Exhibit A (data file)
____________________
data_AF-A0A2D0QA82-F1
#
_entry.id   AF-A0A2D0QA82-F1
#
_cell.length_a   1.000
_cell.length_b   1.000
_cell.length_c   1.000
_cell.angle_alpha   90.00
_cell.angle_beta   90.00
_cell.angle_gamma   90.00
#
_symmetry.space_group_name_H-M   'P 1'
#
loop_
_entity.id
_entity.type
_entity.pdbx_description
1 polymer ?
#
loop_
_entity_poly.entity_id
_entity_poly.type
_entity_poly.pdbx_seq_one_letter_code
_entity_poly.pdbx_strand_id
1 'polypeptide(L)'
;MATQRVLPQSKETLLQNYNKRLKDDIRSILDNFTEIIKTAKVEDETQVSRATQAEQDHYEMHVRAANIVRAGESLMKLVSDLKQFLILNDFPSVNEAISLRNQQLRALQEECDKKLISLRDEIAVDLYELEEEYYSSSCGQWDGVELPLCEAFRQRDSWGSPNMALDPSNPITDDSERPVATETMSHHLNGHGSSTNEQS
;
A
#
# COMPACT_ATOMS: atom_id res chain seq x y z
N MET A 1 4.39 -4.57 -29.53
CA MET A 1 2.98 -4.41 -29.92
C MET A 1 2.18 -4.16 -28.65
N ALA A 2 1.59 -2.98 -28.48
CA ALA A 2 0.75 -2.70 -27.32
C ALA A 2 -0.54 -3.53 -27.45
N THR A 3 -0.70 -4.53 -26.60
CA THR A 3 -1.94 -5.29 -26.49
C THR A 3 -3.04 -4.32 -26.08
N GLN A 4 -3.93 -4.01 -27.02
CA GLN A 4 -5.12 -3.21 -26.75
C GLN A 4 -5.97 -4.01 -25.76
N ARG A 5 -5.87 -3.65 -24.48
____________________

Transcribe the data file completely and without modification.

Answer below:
data_AF-A0A2D0QA82-F1
#
_entry.id   AF-A0A2D0QA82-F1
#
_cell.length_a   1.000
_cell.length_b   1.000
_cell.length_c   1.000
_cell.angle_alpha   90.00
_cell.angle_beta   90.00
_cell.angle_gamma   90.00
#
_symmetry.space_group_name_H-M   'P 1'
#
loop_
_entity.id
_entity.type
_entity.pdbx_description
1 polymer ?
#
loop_
_entity_poly.entity_id
_entity_poly.type
_entity_poly.pdbx_seq_one_letter_code
_entity_poly.pdbx_strand_id
1 'polypeptide(L)'
;MATQRVLPQSKETLLQNYNKRLKDDIRSILDNFTEIIKTAKVEDETQVSRATQAEQDHYEMHVRAANIVRAGESLMKLVSDLKQFLILNDFPSVNEAISLRNQQLRALQEECDKKLISLRDEIAVDLYELEEEYYSSSCGQWDGVELPLCEAFRQRDSWGSPNMALDPSNPITDDSERPVATETMSHHLNGHGSSTNEQS
;
A
#
# COMPACT_ATOMS: atom_id res chain seq x y z
N MET A 1 4.39 -4.57 -29.53
CA MET A 1 2.98 -4.41 -29.92
C MET A 1 2.18 -4.16 -28.65
N ALA A 2 1.59 -2.98 -28.48
CA ALA A 2 0.75 -2.70 -27.32
C ALA A 2 -0.54 -3.53 -27.45
N THR A 3 -0.70 -4.53 -26.60
CA THR A 3 -1.94 -5.29 -26.49
C THR A 3 -3.04 -4.32 -26.08
N GLN A 4 -3.93 -4.01 -27.02
CA GLN A 4 -5.12 -3.21 -26.75
C GLN A 4 -5.97 -4.01 -25.76
N ARG A 5 -5.87 -3.65 -24.48